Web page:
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Italy’s 5Stars hope for electoral boost as backlash intensifies over Meloni’s welfare cut – Reuters


ROME — The 5-Star Movement appears to be staging a late comeback in southern Italy ahead of Sunday’s snap general election, building on fears a new right-wing government will cut a popular welfare allowance.

The latest opinion polls released 12 days ago suggested the right-wing coalition was on course to win a comfortable majority. But in the south of the country, where the majority of so-called “citizens’ income” recipients live, election analysts say the right could lose ground to the 5-stars.

The far-right Brothers of Italy – whose leader Giorgia Meloni is the favorite to become prime minister – said the social allowance, worth around €780 a month, should be scrapped and replaced with new measures to help those who cannot work. Another member of the right-wing coalition, the League, has called for the benefit to be scrapped and replaced with a scheme that would see recipients accept work that is useful to the community.

Some 1.6 million of the 2.4 million recipients of Citizen’s Income, introduced by the 5 Stars in 2019, are in southern Italy, or Mezzogiorno. In some southern regions, such as Calabria, the average monthly salary is around €1,000, not much more than the allowance is worth.

In some southern regions like Sicily, nearly 7% of those eligible to vote receive Citizens’ Income, which could translate to 9-10% of the vote on Sunday.

Five-star leader Giuseppe Conte campaigned in the south with the message that the other parties are “making war on the poor”.

Opinion polls can no longer be released, but analysts say a number of seats in Puglia, Campania and Sardinia, which were previously due to go to the right-wing coalition, may now be at stake.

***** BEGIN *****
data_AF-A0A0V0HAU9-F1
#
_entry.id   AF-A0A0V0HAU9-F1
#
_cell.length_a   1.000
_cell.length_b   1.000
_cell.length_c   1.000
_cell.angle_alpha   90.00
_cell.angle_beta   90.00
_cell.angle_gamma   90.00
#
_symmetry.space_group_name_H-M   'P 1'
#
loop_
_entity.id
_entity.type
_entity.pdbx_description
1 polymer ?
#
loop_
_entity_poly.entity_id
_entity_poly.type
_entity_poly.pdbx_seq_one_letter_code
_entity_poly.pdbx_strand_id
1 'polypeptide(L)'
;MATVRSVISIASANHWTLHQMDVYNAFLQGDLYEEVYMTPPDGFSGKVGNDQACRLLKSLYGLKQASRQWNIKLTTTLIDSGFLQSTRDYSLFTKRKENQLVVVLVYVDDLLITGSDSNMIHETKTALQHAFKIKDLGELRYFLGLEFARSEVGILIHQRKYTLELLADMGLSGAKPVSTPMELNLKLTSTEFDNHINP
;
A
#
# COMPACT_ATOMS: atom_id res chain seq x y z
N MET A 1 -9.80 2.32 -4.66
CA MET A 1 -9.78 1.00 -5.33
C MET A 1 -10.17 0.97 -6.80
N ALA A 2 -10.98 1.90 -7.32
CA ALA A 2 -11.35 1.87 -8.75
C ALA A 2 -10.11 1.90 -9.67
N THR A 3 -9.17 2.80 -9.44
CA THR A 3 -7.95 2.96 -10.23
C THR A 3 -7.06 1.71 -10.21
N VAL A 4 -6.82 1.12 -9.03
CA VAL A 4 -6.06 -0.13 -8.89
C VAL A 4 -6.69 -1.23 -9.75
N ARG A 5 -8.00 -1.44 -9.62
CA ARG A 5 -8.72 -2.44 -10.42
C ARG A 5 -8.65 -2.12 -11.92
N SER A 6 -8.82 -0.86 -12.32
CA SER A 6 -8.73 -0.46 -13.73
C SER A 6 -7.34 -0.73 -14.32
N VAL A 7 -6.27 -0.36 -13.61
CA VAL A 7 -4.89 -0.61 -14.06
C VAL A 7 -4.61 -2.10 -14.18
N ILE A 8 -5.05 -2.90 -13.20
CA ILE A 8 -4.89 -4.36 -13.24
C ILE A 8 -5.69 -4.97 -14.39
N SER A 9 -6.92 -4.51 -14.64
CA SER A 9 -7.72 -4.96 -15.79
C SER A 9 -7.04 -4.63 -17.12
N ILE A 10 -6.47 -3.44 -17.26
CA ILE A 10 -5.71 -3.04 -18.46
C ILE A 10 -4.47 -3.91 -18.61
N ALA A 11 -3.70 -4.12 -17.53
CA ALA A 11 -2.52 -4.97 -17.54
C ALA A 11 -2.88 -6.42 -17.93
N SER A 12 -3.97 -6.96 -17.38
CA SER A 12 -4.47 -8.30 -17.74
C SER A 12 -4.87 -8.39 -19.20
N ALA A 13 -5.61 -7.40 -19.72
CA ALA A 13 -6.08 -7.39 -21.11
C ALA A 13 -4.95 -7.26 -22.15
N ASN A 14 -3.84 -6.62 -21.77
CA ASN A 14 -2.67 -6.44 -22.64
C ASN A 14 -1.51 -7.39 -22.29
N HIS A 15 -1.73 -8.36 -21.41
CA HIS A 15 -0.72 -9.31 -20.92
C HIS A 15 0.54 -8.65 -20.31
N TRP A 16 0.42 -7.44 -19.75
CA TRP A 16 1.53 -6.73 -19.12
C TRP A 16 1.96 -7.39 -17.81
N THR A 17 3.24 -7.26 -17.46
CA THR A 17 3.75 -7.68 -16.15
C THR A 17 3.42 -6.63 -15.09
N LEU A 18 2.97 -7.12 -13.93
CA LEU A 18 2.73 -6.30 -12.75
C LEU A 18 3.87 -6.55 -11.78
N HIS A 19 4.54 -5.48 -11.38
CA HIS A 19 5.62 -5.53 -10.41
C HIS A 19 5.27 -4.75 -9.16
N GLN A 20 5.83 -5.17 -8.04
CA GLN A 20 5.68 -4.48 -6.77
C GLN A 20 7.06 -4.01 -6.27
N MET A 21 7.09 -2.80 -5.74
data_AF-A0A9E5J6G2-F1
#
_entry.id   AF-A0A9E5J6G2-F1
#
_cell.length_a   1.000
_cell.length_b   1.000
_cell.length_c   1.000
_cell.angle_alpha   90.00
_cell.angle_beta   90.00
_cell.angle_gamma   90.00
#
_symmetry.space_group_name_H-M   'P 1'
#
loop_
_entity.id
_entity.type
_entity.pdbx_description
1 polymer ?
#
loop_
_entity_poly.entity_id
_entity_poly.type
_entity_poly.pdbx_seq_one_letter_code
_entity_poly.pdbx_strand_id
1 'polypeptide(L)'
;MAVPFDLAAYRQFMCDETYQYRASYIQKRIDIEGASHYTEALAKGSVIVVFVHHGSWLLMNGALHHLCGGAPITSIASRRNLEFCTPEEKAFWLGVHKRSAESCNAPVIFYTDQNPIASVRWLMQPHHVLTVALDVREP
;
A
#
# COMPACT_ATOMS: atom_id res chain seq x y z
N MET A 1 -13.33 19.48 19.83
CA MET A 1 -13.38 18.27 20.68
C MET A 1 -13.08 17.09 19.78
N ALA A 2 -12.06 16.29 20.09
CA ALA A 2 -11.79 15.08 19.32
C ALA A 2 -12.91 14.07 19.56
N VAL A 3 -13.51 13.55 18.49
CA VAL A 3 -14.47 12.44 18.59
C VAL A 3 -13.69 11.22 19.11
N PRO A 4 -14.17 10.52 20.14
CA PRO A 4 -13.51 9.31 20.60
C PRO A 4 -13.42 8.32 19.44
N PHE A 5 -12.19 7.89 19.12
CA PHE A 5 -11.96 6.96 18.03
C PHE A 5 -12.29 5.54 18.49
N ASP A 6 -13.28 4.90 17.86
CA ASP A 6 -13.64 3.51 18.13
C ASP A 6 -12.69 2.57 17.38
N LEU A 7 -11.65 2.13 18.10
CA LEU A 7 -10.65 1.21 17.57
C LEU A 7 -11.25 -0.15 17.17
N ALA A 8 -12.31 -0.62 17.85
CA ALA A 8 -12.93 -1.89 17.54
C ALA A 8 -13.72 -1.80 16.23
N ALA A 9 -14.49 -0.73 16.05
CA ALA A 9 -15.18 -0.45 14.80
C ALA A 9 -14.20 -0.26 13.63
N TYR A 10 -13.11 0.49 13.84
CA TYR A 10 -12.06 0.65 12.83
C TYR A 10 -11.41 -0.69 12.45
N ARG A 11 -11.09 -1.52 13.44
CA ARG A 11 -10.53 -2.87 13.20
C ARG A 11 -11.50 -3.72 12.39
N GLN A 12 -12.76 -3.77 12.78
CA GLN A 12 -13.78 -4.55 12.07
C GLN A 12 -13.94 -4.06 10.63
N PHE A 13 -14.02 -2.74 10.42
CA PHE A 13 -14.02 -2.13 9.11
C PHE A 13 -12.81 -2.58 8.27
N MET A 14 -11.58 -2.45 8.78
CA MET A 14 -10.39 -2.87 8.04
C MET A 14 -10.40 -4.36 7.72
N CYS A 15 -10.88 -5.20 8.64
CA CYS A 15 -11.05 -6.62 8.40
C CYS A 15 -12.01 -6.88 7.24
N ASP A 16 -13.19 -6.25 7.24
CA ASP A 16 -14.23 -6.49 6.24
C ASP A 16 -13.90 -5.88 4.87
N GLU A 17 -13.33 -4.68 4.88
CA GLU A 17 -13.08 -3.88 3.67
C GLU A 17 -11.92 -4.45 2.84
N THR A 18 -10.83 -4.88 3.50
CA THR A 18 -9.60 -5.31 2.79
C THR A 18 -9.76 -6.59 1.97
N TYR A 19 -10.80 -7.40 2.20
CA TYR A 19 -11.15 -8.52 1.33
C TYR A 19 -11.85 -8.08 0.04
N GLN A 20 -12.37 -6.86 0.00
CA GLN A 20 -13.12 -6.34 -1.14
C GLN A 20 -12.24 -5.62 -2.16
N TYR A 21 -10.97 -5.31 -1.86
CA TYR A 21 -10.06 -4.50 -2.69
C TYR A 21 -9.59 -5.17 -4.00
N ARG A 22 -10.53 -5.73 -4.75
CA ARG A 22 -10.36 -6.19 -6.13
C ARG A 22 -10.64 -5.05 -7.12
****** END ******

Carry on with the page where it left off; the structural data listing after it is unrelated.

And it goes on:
If the 5 stars take over some of these seats, they could prevent the right from obtaining a majority in parliament and therefore prevent them from forming a coalition government without widening their alliance to the centrists.

Meloni will close his election campaign on Friday in a suburb of Naples, where nearly half a million people receive citizen income.

Roberto D’alimonte, professor of political science at Luiss University in Rome, said citizens’ income “is a major problem in the south”.

“If 5Stars do very well in the south, they could steal a number of one-round majority seats and the right could be denied a majority,” he said. “It’s very unlikely to happen as they would need to get 30-35% of the vote, but it’s not impossible as 5 stars are gaining traction all over the country and especially in the south.

“The right got it wrong [by talking about abolishing the citizens’ income] but they were responding to their constituency, which includes businesses that have struggled to find workers. Now they are backtracking. »

ELECTION TO THE NATIONAL PARLIAMENT OF ITALY POLL OF POLLS

For more survey data from across Europe, visit POLITICS Survey of surveys.



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